JCB is being forced to halt its production line and slash the working hours of around 4,000 of its UK workforce, owing to a shortage of components being imported from China.
The Staffordshire-based company, renowned for its distinctive yellow machines typically used in construction projects, announced the disruption to its UK factories after many of its Chinese suppliers were closed due to the impact of the coronavirus.
JCB has reduced the working hours of some 4,000 staff from 39 to 34 hours a week and pulled back on its production, because it is not receiving from China the “required” number of parts necessary to meet its forecast demands.
It has also suspended all overtime at its UK factories.
The announcement, thought to be the first tangible impact of the outbreak felt by a British manufacturer, will redound on other UK firms from various sectors who also source their materials from China and as the risk to global supply chains from the coronavirus is laid bare.
It is understood that more than 25% of JCB’s suppliers in China have been forced to shut down as a result of the outbreak.
The Staffordshire company relies on China for hundreds of electronic parts, castings and other components, to build its vehicles which invariably end up in the construction and agricultural sectors.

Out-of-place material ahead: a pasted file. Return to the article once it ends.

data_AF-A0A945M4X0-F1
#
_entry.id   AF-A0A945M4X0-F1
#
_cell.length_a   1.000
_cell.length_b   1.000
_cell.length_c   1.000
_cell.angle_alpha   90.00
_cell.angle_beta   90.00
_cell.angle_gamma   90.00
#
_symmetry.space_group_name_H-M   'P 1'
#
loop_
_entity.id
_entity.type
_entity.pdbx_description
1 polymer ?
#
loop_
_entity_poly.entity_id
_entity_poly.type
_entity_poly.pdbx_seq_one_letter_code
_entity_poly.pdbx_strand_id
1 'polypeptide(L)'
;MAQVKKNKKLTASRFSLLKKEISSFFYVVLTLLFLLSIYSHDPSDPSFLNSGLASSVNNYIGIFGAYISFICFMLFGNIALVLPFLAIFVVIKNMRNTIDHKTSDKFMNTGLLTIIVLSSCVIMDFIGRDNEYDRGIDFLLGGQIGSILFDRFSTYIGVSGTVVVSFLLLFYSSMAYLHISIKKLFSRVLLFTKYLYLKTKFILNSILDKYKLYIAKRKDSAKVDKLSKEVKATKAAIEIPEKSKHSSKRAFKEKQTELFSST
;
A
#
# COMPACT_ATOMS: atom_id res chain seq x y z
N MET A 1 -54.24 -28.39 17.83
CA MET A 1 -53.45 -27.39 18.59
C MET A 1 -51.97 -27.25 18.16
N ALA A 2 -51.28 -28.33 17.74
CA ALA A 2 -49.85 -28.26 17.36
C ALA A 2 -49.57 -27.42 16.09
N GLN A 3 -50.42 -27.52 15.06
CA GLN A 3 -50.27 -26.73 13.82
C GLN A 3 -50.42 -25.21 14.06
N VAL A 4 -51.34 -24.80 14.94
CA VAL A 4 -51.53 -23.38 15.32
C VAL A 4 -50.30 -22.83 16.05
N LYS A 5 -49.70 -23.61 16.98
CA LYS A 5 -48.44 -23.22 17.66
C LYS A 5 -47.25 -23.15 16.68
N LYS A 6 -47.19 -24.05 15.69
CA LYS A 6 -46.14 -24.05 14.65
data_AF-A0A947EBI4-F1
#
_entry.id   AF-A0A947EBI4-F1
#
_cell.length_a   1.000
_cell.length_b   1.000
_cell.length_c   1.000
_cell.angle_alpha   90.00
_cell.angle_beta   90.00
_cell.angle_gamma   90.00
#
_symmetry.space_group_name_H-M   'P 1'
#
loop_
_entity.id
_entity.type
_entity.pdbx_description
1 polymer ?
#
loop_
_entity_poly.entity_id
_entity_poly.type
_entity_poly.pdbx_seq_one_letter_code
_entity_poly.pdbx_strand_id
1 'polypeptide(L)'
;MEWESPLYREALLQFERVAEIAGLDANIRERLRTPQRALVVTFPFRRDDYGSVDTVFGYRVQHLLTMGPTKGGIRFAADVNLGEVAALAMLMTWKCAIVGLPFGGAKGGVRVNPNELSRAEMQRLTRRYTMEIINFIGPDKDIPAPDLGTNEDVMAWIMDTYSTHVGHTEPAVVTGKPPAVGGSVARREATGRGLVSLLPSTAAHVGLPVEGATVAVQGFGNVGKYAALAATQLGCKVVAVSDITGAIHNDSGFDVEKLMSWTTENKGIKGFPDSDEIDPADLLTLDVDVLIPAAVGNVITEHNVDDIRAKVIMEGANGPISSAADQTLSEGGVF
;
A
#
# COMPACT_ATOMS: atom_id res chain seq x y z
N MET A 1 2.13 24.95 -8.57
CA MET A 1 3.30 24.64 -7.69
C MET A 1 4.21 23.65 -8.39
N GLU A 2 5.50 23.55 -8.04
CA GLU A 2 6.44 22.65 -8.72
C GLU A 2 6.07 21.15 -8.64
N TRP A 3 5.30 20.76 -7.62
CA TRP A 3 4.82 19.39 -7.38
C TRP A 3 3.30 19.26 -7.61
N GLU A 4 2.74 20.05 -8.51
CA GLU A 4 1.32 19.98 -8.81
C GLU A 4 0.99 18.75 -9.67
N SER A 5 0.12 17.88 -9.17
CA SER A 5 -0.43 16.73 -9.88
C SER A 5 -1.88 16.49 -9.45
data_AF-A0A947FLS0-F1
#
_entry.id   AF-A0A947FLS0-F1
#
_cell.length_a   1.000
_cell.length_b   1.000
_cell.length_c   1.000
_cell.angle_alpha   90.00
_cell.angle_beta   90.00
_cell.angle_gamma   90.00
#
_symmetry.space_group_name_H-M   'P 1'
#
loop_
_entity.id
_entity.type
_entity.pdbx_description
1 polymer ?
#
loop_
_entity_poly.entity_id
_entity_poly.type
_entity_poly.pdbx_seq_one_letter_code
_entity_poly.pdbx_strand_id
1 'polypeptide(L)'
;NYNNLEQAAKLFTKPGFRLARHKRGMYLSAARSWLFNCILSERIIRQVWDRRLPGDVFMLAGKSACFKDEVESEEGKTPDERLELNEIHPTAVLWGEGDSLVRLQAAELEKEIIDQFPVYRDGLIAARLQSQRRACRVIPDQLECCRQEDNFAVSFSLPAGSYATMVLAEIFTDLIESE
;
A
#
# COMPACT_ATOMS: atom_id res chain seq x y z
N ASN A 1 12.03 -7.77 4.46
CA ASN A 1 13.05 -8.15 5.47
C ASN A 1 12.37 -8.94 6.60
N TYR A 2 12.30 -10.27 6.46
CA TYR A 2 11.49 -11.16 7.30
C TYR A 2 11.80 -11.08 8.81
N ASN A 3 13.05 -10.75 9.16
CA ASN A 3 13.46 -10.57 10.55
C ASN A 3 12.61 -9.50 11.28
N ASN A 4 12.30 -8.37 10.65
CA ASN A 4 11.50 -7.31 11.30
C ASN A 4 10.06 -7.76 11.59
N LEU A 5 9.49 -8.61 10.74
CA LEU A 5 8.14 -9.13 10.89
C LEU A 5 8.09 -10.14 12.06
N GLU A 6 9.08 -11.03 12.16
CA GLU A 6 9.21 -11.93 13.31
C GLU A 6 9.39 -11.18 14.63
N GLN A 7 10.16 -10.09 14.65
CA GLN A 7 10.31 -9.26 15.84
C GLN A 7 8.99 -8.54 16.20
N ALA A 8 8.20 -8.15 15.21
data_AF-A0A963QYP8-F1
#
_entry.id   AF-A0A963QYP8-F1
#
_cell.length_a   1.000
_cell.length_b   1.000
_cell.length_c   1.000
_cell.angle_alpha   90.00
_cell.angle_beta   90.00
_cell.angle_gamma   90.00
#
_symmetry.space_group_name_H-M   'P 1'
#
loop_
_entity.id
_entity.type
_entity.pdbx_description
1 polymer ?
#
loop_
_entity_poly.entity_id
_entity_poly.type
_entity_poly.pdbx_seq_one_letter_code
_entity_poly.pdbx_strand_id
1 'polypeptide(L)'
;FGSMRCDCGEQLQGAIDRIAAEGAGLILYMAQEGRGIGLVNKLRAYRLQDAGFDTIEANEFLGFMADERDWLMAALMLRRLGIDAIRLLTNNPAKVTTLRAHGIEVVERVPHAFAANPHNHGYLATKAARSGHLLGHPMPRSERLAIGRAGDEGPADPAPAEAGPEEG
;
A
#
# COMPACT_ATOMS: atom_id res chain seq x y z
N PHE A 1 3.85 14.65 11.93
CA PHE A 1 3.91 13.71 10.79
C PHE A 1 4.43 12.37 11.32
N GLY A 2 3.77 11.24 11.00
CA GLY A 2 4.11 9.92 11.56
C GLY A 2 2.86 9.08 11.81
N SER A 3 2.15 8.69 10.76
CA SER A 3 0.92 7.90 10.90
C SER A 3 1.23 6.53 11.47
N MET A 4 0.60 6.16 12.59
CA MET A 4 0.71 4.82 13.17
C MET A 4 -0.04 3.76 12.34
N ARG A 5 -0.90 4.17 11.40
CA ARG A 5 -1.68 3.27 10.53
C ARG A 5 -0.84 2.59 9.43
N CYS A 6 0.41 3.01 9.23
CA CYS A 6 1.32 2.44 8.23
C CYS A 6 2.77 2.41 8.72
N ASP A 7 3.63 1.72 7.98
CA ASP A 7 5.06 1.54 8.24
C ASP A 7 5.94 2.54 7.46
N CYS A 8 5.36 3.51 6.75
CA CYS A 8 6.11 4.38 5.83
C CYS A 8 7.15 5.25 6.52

The virus, which has dramatically reduced capacity at the factories of JCB’s suppliers that still remain open, is believed to have originated in the city of Wuhan in Hubei province.
To date, the virus has claimed the lives of more than 2,000 people the world over.
JCB has not indicated when routine production at its UK factories will resume.
The coronavirus’ impact on other manufacturers
This is not the first time a manufacturer has warned of disruption to its supply chain as a result of the coronavirus.
Fiat Chrysler said at least one of its European manufacturing plants could be forced to stop production, as it too sources parts from China.
While another carmarker, Hyundai, closed down all of its car manufacturing sites in South Korea when components from China stopped arriving.
There are also reports in various media about global tech companies’ supply chains being disrupted by the outbreak.
“Major disruption to the global supply chain because of the Covid-19 continues, affecting industries from automotive to toys – and the issue continues to escalate,” said Richard Wilding, Professor of Supply Chain Strategy at Cranfield University. “In China, smaller companies may find it easier to get back up and running. But larger factories may have to go through a cleaning and disinfectant process before staff can fully return and implement appropriate procedures to identify potential infections in the workforce, similar to what we have seen at airports. For larger sites implementing such procedures could take weeks.”